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According to my dictionary the word obsequious means to be promptly obedient, submissive, compliant, servile and condescending. These definitions take on a pejorative air today. They come from the Latin obsequor, meaning, to comply with and, by extension, we have the word, obsequies, referring to funeral rites. In other words, it is understood that the performance of accepted ceremonies and customs around someone's death is, at the very least, a binding social duty. We might debate whether a funeral is for the good of the departed or the comfort of those left behind. Orthodox Holy Tradition is very clear on the importance of the Church's prayers for the departed, looking forward to the glorious resurrection, and at the same time we are comforted in the knowledge that the souls of our departed loved ones are in the mind of God.


Historically, people have often desired to leave a legacy behind them seeing in their memorial a certain kind of immortality. The great and the powerful, situated differently from the rest of mankind, have always been anxious to leave behind a mark of their existence, so that the world might remember them. Pity then, the tyrant Mausolus (obit. 353 BC) who had his great Mausoleum, as it was called, constructed for his own mortal remains, at Halicarnassus. It was listed among one of the great Seven Wonders of the Ancient World. But alas, all that remains of it now are a few fallen pieces of masonry (see below) in the Turkish town of Bodrum, though a few sculptural parts were taken to the British Museum. For most people now, the old ruler's name only lives on in the term for an over-ornate sepulchral monument.

 The idea that funeral rites are a social duty is very ancient indeed. Palaeo-anthropology has revealed that the Neanderthals buried their own dead with care, interring grave good, objects that might have been used by the deceased. Ancient Egypt, as is well known, had a whole civilisation and indeed, an economy, based around monumental burials. In mediaeval Britain an ecclesial economy ran on the provision of chantries, where people made financial provision in the wills for a priest to say requiem masses for their souls, a system swept away at the Reformation. Of course, as in all places, such customs as these were based around clear beliefs. In Ancient Egypt, their love of this life and the desire for it to continue in the next drove the care taken around mummification; in Britain, in the Middle Ages, the belief in the western doctrine of purgatory (not accepted in Orthodoxy) and the idea that the pains of purgatory brought upon the believer by his sins, could be lessened by indulgences and by grace, created by the prayers of the Church.


What has actually been done with the bodies of the dead has varied throughout time. The ancient Romans and Greeks tended towards cremation, but burial is also found at times. Indo-European peoples have favoured cremation, as is still practiced among Hindus. Traditionally, at such obsequies, it was the duty of the eldest son, to set fire to the funeral pyre. The general belief being that the flames release the atman (soul) for its next reincarnation. In the Parsee (Zoroastrian) tradition, originating in ancient Persia, the practice was so-called, sky-burial, where the corpse was exposed on a platform to be disposed of by the vultures. It is intriguing that in age of advanced technology like ours, human remains have now been launched into space, in itself, an interesting echo of that primeval spatial metaphor, earth below and heaven above.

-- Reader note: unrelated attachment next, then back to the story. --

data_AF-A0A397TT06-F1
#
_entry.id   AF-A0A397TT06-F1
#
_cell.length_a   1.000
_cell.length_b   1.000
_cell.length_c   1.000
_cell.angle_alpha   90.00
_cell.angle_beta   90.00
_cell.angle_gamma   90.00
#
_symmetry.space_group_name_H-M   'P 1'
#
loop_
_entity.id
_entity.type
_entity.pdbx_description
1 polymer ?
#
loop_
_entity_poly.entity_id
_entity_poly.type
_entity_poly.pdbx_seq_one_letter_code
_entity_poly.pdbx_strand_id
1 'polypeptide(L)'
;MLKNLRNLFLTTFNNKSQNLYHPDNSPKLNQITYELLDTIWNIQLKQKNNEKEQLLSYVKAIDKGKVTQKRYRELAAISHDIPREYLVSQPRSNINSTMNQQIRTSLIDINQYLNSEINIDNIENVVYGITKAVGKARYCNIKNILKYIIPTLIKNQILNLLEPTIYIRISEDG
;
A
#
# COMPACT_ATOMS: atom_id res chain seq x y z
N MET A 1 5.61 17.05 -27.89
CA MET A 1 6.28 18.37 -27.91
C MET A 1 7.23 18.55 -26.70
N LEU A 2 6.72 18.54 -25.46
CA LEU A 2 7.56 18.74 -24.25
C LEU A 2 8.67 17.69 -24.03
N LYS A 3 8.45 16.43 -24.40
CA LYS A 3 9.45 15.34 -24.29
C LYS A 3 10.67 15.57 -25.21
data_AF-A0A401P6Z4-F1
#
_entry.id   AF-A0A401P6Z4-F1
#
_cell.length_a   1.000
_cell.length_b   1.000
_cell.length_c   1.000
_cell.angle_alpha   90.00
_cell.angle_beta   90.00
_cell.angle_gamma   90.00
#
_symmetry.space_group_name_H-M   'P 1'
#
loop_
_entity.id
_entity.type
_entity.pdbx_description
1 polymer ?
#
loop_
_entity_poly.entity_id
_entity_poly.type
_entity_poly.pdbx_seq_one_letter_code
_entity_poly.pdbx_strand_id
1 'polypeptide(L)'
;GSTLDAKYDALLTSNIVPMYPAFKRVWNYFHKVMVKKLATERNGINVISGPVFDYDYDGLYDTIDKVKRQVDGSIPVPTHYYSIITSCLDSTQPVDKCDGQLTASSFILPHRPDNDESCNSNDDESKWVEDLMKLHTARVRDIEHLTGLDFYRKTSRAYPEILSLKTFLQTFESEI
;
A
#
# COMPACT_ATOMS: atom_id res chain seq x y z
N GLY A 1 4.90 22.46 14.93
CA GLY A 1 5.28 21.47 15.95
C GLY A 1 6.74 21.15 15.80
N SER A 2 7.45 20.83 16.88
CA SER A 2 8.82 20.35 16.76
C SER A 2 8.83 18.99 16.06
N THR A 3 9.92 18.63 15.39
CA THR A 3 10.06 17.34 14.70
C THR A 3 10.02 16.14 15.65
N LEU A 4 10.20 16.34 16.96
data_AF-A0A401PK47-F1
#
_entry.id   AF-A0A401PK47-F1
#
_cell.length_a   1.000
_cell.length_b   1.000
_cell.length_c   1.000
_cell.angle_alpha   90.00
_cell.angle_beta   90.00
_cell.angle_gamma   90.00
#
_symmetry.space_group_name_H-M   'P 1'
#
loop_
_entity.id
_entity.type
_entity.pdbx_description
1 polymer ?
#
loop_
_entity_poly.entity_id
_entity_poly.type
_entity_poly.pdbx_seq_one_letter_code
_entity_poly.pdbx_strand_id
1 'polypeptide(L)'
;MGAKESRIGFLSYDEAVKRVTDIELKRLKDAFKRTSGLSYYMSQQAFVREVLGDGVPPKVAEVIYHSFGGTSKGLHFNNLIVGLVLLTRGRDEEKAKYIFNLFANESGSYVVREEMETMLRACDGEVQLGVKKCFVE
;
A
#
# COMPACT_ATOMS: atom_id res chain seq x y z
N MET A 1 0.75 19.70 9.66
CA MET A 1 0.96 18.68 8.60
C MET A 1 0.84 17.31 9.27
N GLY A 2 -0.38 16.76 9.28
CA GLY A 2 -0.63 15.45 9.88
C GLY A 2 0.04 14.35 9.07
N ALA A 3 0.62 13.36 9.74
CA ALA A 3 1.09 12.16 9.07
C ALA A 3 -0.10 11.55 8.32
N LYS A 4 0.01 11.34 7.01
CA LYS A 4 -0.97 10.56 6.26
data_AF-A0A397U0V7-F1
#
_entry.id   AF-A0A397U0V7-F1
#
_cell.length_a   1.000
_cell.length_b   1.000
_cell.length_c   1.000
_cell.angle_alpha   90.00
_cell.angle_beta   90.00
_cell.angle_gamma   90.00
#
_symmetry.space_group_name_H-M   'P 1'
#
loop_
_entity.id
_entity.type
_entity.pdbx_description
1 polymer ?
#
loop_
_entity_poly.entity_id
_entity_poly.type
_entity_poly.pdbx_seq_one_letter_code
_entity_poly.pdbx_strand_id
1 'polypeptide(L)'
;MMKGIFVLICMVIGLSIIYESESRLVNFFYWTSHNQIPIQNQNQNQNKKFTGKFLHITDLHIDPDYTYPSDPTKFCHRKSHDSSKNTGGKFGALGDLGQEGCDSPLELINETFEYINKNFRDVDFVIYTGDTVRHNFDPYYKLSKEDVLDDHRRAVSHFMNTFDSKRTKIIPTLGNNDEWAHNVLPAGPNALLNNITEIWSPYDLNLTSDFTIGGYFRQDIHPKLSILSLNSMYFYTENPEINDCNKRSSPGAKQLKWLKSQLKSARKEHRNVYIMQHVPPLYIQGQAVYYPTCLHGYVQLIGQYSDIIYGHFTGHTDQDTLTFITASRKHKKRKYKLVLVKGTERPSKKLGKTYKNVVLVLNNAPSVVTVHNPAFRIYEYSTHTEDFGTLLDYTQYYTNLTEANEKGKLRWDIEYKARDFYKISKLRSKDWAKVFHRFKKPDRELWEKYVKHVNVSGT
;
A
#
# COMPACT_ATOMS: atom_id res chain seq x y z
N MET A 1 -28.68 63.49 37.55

Then, of course, we can read in the book of Genesis (chapter 23) how Abraham bought the cave of Machpelah to bury Sarah. We observe here one of general differences between the tendency in the old Indo-European cultures towards cremation on the one hand, and on the other, the Middle-Eastern habit of burial. Indeed, as Orthodox Christians we only bury our dead, This, of course, is not only because our faith originates in the Holy Land or that we are following the traditions of the Old Testament: It is the fact that Our Lord Himself was buried, and we have been buried with Him already in Baptism. Burial, together with the funeral rites and memorials that surround it, possess a very powerful symbolism and eloquently express our firm belief in the resurrection of the body.


Given that, according to Benjamin Franklin, the only certainties in life are death and taxes, the provision of funeral services must, under normal circumstances, be a very steady business indeed. However, what has evidently shifted in post-Christian Britain (apart from certain self-contained communities) is the way in which funeral directors and providers have strategically adapted their business model. The rise of secularism in Britain, where the majority now claim no religious affiliation of any kind, has, in recent years, seen the rise in popularity (for want of a better word) of non-religious or humanist funeral ceremonies. There was a time when it was assumed that most people in this country would expect to have a funeral according to the rites of the Established Church of England; when even the majority of those interred or cremated under her pastoral care, might not have darkened the doors of their local parish church for years, if ever. Not so now, of course: a situation which is, we might suppose, at least more honest. This would, after all, follow the survey of historical and cultural practices mentioned above: that funeral rites express beliefs about death and what lies beyond. Humanism, as a view of our existence, posits the idea that upon death we are dissolved; no more consciousness of anything with the ending of our brain function. At such a ceremony one would expect that the obsequies be led by a competent master of ceremonies, unrelated to the deceased (ie. not emotionally invested in the process) and that the funeral would be relevant and personalised, yet clearly, respectful of the dignity proper to the occasion.